We are, most people would agree, in the midst of a Golden Age of Television. Since the late-1990s, the programming that's been pumped into our homes has been as good as it's ever been — and, in many respects, better than the movies that have long sat atop the Pop Cultural Quality Pile. But why aren't we also in a Golden Age of Genre TV?
Let's count the number of legitimately great sci-fi, fantasy, or horror TV shows of the past 10 years. Not simply good, mind you. I'm talking great. Battlestar Galactica, for sure. Lost probably qualifies if, for no other reason, than it actually managed to be a science fiction show and win an Outstanding Drama Series Emmy. Doctor Who hovers ever-so-close: Its best episodes are time-capsule terrific, but Who gets stranded on one too many space pirate ships to be a lock.
Given that they're both in their first seasons, it's too early to anoint the fantastic Game of Thrones or The Walking Dead. So what else is there? Fringe has its moments, to be sure, but not quite. Syfy's current crop of programming is fun, to be sure, and often pretty good, but no. (Hell, I'm a writer on Alphas and I know we're not there... yet.) True Blood seems to have gotten freaky for freaky's sake: It's too busy amusing itself to be concerned with things like "quality."
I'm talking great in the way that The Wire was great - the universally lauded Best Show Ever To Exist On Television - or The Sopranos or The Shield. Or the way that Breaking Bad or Mad Men or The Good Wife or Louie are killing it week-in, week-out.
Why are there no genre shows performing at the same level? Why are we not able to turn on the TV any day of the week and find something shiny to watch? Here are some theories:
GENRE IS THINKY. If you look at the average night of television, you'll see that most drama shows are about doctors, lawyers or cops. Because people - from the audience all the way up to network heads - understand how those shows work. Because a patient will always roll into the ER, some schmuck will always go to court, and someone will always get murdered in "the Big City."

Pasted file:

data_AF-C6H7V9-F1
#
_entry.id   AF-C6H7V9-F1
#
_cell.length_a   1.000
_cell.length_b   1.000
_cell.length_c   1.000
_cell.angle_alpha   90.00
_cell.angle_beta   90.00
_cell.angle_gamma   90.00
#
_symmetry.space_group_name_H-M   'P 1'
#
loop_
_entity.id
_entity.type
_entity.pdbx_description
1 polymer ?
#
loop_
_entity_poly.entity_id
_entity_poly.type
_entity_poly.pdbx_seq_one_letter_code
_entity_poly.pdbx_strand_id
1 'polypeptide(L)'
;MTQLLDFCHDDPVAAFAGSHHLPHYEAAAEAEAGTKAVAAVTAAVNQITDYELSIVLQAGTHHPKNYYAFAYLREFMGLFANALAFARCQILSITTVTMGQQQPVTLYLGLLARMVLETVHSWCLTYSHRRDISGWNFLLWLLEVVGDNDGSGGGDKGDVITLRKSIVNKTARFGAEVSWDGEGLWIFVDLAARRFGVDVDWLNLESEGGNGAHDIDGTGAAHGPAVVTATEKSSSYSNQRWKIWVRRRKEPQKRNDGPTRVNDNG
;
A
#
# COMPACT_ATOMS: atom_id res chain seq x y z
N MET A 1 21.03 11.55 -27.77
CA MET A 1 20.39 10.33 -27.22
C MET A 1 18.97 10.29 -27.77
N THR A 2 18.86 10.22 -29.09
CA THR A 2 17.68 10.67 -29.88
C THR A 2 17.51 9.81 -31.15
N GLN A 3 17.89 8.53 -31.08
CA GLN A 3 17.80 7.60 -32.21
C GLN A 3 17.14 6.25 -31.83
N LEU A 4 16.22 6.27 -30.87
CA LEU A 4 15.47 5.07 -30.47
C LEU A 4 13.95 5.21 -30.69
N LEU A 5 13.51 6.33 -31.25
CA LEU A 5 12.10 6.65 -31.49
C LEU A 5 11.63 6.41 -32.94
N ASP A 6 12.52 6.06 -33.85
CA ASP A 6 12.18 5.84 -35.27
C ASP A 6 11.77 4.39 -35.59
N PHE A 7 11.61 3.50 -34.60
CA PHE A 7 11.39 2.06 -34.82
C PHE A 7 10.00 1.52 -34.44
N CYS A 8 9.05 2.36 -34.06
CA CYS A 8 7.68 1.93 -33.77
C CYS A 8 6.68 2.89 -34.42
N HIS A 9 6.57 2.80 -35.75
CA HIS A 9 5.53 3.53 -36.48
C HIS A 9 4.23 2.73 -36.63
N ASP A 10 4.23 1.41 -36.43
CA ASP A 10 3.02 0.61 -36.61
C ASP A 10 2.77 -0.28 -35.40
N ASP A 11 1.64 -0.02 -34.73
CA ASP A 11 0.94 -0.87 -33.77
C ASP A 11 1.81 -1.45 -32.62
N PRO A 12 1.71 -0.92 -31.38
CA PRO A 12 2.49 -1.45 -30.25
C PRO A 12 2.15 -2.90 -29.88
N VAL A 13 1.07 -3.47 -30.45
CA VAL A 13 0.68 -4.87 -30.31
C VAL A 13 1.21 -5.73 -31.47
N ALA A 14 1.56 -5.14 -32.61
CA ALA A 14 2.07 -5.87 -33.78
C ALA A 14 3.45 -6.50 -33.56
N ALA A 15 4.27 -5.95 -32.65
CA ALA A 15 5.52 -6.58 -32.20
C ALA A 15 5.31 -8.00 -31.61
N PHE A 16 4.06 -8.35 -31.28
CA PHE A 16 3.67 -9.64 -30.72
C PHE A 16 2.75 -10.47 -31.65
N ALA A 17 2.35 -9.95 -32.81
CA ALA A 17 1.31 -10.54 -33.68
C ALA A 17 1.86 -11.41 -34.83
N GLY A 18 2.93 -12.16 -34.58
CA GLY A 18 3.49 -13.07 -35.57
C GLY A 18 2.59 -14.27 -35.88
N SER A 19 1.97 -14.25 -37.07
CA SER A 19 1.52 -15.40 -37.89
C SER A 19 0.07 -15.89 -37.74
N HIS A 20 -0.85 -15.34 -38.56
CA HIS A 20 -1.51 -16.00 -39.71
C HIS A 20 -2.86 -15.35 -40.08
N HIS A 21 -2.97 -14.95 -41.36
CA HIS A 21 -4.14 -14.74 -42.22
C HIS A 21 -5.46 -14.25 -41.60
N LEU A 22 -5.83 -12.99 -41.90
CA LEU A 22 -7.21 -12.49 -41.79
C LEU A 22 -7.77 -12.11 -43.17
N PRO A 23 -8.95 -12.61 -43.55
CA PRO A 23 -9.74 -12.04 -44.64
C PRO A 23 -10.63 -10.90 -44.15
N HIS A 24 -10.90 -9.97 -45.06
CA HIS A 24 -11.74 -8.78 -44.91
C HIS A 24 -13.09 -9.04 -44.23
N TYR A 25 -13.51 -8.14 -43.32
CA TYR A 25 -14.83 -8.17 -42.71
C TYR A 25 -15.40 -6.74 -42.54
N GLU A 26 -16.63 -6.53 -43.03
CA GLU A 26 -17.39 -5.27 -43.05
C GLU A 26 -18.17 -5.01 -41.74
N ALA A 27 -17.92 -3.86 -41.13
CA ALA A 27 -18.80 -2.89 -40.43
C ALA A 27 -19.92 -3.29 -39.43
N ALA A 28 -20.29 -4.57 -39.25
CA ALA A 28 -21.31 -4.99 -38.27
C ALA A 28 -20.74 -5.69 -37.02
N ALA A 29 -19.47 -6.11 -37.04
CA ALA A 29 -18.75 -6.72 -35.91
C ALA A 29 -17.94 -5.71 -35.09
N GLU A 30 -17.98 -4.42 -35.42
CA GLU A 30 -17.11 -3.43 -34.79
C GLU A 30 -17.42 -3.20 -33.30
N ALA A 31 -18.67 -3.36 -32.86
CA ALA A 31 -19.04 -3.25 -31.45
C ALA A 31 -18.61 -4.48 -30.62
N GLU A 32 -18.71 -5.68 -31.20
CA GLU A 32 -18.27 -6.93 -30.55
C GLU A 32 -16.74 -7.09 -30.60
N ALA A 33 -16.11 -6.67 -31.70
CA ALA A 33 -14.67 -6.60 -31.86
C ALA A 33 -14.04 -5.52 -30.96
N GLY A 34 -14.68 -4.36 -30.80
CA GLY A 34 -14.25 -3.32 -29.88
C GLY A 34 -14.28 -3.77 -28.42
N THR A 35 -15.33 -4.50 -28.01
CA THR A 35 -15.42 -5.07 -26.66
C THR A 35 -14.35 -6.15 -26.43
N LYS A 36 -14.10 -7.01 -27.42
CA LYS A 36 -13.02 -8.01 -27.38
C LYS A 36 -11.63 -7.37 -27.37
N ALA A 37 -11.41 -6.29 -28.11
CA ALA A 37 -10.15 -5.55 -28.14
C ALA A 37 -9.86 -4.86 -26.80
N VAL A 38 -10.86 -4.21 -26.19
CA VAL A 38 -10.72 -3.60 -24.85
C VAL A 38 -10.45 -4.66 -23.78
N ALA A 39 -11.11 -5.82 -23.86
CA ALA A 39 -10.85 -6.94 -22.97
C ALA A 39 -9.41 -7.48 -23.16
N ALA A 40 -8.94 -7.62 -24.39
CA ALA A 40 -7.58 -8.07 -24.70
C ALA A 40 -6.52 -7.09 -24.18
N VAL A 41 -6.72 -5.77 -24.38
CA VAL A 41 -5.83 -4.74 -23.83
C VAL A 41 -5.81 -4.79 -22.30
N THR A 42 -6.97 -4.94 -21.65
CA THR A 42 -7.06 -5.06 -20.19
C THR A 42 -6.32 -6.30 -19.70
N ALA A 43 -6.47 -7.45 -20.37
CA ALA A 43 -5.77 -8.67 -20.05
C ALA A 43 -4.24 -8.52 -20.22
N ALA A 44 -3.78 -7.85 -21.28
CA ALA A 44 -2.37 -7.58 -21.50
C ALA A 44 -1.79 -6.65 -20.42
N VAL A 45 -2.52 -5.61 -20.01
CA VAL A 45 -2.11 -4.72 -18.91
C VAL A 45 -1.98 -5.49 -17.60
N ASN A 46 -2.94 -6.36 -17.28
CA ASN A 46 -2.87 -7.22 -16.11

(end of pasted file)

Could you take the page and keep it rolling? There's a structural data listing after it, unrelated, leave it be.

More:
But science fiction, particularly, is a genre of ideas - ideas that usually resist the reduction into the doctor-lawyer-cop mode. And all too often, when people don't understand a thing they either don't let it on the air - unless they monkey with it to such an extent that the ideas are gone and it's a husk of what it could've been - or they don't support it once it does get on the air. A show with no marketing or scheduling support is a show no one knows to watch, or when to watch it even if they wanted to.
GENRE IS EXPENSIVE. Because, if you can't have thinky but still want scifi, you end up with flashy. And flashy costs money. You can't be a sleeper hit if the network is constantly watching the ratings to see if their vast wad of cash is earning its nut back. When Heroes was good, it was good because the network didn't know what they had. That first season wasn't overly expensive, especially the first five or six episodes, which were all loaded glances, cheerleading, and floor-painting. When it started to get the ratings, NBC poured money into it. And with that money came attention. And, as the story goes, the network wouldn't let Tim Kring and Co. kill Sylar at the end of the first season the way they wanted to - and that was the beginning of the end.
GENRE FANS KIND OF SUCK. Wait. Let me clarify. You know that old saying, nobody picks on my kid brother but me? That's how genre fans are towards the product directed at them: They either love it to death, or they pick it to pieces. You don't see people who love police procedurals getting on Law & Order message boards talking about how much NCIS blows. But sci-fi fans are not above using the comments for an article talking about how one show got renewed to rail about how it sucks and why didn't they bring back that other show instead. If you looked at it from the outside - where most network honchos live their lives - the genre audience is a splintered one that can't be counted on to deliver numbers because they're too busy infighting. If we could ever put aside our differences and just rally behind the good sci-fi we get, instead of whining about the stuff we don't, then maybe the networks would give us the Thinky we're always asking for.
There are more channels than ever, more outlets for quality programming: Why can't I find 20 shows as good as The Twilight Zone or Nowhere Man or The Prisoner or Star Trek: Deep Space Nine or Angel or Space: Above and Beyond? Or, at least, 20 shows trying to be as good. I'd rather see noble failures than a lack of ambition. There are a legion of writers and producers waiting in the wings, ready to make shows like the ones that inspired them, lo, these many years ago.
Let's get our act together, people.
Follow Marc Bernardin on Twitter, and watch his episode of Alphas tonight at 10 PM on Syfy.